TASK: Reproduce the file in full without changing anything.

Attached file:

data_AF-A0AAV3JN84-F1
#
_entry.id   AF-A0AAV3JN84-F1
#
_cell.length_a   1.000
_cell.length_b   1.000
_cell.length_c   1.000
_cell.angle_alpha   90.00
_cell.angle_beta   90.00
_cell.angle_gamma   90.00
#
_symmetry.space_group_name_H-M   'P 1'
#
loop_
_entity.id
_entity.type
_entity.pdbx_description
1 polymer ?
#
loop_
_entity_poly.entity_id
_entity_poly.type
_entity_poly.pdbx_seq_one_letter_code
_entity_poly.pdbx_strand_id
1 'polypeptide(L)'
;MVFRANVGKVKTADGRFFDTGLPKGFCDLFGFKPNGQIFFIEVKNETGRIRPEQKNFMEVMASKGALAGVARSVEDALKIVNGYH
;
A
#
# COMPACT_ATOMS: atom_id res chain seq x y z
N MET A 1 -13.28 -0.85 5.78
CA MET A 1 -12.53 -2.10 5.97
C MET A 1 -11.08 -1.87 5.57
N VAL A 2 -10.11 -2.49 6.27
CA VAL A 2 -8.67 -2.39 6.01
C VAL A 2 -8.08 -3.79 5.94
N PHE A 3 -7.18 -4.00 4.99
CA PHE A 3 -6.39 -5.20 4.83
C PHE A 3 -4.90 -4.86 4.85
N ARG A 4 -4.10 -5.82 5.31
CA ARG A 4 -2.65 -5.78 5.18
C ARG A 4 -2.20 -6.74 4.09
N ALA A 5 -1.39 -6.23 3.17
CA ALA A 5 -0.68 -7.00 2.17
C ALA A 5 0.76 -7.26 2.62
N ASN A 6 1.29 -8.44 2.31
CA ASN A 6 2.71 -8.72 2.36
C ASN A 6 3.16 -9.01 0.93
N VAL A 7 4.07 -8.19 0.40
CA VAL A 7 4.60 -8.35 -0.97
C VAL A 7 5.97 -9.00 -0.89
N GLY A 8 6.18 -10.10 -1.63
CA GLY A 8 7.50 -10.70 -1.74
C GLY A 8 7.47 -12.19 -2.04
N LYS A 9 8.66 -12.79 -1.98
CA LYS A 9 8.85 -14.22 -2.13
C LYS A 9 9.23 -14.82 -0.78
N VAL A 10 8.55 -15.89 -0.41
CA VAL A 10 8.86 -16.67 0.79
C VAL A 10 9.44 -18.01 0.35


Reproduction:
data_AF-A0AAV3JN84-F1
#
_entry.id   AF-A0AAV3JN84-F1
#
_cell.length_a   1.000
_cell.length_b   1.000
_cell.length_c   1.000
_cell.angle_alpha   90.00
_cell.angle_beta   90.00
_cell.angle_gamma   90.00
#
_symmetry.space_group_name_H-M   'P 1'
#
loop_
_entity.id
_entity.type
_entity.pdbx_description
1 polymer ?
#
loop_
_entity_poly.entity_id
_entity_poly.type
_entity_poly.pdbx_seq_one_letter_code
_entity_poly.pdbx_strand_id
1 'polypeptide(L)'
;MVFRANVGKVKTADGRFFDTGLPKGFCDLFGFKPNGQIFFIEVKNETGRIRPEQKNFMEVMASKGALAGVARSVEDALKIVNGYH
;
A
#
# COMPACT_ATOMS: atom_id res chain seq x y z
N MET A 1 -13.28 -0.85 5.78
CA MET A 1 -12.53 -2.10 5.97
C MET A 1 -11.08 -1.87 5.57
N VAL A 2 -10.11 -2.49 6.27
CA VAL A 2 -8.67 -2.39 6.01
C VAL A 2 -8.08 -3.79 5.94
N PHE A 3 -7.18 -4.00 4.99
CA PHE A 3 -6.39 -5.20 4.83
C PHE A 3 -4.90 -4.86 4.85
N ARG A 4 -4.10 -5.82 5.31
CA ARG A 4 -2.65 -5.78 5.18
C ARG A 4 -2.20 -6.74 4.09
N ALA A 5 -1.39 -6.23 3.17
CA ALA A 5 -0.68 -7.00 2.17
C ALA A 5 0.76 -7.26 2.62
N ASN A 6 1.29 -8.44 2.31
CA ASN A 6 2.71 -8.72 2.36
C ASN A 6 3.16 -9.01 0.93
N VAL A 7 4.07 -8.19 0.40
CA VAL A 7 4.60 -8.35 -0.97
C VAL A 7 5.97 -9.00 -0.89
N GLY A 8 6.18 -10.10 -1.63
CA GLY A 8 7.50 -10.70 -1.74
C GLY A 8 7.47 -12.19 -2.04
N LYS A 9 8.66 -12.79 -1.98
CA LYS A 9 8.85 -14.22 -2.13
C LYS A 9 9.23 -14.82 -0.78
N VAL A 10 8.55 -15.89 -0.41
CA VAL A 10 8.86 -16.67 0.79
C VAL A 10 9.44 -18.01 0.35